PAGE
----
1800 – Sunderland shipwrights ‘make’ ships

This year, a Sunderland shipwright is recorded as making a small ship in his own time on the village green at Bishopwearmouth before towing it to Southwick a mile away. According to the historian, William Fordyce, writing in 1857, it was about this time that Sunderland shipbuilders could either build or make ships), make of course, would be ‘mack’ in the local dialect). Fordyce, who gives more than one example of such an enterprise, notes that the making of ships in this age of wooden sailing ships came to be a derisory comment in reference to Sunderland shipbuilding.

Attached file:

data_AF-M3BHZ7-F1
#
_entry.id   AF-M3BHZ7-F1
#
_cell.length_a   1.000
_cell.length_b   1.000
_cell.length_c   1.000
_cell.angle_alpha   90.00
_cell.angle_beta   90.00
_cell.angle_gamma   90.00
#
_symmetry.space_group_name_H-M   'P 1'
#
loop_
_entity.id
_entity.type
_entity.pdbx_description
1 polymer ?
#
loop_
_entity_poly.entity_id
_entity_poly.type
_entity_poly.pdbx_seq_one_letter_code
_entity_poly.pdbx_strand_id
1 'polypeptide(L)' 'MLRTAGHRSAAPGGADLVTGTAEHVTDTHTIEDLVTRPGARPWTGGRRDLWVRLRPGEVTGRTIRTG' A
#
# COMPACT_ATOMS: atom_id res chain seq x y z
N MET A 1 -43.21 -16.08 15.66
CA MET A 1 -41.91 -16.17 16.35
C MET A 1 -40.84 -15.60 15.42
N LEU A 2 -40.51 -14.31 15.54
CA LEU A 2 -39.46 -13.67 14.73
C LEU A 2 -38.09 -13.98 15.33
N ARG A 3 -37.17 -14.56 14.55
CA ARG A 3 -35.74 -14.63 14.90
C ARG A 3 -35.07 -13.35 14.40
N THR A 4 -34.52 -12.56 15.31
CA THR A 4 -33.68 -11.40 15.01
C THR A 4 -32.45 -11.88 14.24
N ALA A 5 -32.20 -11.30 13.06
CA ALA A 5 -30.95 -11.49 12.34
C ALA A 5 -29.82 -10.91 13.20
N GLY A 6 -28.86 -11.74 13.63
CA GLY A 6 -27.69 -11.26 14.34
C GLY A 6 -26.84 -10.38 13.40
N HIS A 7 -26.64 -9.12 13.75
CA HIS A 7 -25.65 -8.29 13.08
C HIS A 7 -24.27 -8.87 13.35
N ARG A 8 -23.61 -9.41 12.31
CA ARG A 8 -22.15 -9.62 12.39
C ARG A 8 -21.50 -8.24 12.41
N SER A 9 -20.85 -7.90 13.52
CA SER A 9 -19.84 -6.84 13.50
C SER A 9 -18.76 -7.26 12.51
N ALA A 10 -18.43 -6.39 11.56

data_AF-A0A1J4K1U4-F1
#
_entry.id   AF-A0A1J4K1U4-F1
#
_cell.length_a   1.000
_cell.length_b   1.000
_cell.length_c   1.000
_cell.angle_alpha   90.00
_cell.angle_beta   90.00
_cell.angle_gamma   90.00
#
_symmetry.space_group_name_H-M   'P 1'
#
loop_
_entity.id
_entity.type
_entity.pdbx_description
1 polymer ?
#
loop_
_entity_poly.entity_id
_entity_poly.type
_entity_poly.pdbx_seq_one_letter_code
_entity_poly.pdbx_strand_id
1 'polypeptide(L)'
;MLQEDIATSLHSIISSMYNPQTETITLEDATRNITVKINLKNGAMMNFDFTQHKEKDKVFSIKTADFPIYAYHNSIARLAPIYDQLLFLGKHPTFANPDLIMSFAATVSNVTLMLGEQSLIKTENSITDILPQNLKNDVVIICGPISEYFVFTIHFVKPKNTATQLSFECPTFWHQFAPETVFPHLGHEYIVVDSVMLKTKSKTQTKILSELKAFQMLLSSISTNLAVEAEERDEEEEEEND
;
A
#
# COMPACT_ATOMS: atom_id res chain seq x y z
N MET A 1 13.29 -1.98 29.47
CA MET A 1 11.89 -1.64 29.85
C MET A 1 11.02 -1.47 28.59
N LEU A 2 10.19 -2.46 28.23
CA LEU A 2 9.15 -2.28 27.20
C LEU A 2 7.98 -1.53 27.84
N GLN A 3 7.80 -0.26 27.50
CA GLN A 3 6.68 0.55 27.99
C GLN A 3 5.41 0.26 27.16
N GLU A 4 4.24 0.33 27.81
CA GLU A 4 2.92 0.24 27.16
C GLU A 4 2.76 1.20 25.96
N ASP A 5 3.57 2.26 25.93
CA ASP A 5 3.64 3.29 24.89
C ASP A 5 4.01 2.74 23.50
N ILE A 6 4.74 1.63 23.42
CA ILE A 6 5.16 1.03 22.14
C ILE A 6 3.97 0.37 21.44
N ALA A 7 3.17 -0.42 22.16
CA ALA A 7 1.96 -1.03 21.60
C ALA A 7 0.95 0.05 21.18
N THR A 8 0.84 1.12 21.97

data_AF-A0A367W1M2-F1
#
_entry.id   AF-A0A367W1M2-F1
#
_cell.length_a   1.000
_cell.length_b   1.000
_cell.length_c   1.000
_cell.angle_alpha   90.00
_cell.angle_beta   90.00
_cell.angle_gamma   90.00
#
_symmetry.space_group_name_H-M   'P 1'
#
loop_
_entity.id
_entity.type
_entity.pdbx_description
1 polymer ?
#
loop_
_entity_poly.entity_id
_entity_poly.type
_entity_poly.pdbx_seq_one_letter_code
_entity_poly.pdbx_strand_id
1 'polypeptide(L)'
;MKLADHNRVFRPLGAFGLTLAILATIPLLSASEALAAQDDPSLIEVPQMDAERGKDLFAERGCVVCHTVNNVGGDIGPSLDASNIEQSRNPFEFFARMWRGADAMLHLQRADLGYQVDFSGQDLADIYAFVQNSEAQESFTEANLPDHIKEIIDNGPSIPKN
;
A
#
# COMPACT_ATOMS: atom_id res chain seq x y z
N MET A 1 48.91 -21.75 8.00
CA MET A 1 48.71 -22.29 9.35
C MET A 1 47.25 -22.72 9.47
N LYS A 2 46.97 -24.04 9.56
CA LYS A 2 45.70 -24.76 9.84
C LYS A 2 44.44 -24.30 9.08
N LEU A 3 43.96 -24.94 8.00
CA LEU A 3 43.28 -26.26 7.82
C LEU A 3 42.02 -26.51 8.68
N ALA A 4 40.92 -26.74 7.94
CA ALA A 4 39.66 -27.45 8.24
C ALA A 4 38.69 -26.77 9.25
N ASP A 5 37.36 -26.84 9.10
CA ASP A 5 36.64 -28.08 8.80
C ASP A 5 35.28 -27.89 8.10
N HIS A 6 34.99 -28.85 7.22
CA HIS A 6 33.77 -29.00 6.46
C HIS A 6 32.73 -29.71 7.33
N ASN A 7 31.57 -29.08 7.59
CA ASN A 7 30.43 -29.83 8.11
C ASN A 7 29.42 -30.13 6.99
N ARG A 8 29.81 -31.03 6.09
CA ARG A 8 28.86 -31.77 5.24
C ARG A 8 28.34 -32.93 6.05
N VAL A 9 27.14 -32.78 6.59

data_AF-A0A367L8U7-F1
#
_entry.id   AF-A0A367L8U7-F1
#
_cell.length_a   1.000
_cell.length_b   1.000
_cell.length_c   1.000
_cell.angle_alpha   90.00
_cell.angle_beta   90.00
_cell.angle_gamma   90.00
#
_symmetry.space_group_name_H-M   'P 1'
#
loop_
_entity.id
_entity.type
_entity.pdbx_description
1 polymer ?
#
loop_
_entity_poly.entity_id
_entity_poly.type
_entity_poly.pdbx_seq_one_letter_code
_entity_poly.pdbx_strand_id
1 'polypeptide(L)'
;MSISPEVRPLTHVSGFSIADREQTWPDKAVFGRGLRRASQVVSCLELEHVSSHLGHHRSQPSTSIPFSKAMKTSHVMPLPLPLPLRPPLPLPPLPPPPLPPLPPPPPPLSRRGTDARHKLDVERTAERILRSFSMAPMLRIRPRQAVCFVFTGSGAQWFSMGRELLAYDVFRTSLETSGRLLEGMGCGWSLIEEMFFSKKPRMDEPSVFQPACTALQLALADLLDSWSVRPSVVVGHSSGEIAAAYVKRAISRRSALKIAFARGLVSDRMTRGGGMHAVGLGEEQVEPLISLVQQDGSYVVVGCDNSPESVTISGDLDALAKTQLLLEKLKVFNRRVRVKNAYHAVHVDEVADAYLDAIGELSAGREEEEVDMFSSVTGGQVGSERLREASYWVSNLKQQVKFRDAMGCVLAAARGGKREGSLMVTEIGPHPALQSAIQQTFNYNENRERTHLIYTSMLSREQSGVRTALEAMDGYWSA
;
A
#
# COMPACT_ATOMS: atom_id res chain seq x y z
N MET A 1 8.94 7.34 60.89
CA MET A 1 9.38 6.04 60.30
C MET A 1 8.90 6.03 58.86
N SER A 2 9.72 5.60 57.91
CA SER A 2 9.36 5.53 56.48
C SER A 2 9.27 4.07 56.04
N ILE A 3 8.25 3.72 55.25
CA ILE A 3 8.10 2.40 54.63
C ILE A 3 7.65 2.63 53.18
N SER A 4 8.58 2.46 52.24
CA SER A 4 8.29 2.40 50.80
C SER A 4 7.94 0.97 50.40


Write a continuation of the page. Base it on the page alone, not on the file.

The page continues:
1800 – Gateshead Fell a home to muggers

Gateshead Fell is described as a wild uninhabited heath studded with “miserable huts” and cottages occupied by muggers, cloggers and tinkers. The danger of crime and pickpocketing on this important but barren upland part of a north south route of the London turnpike road was accentuated by the presence of a gang of criminals called the Gateshead Fell Bishop Auckland gang of which prominent members seem to have been a family called Clark.

North East England History and Culture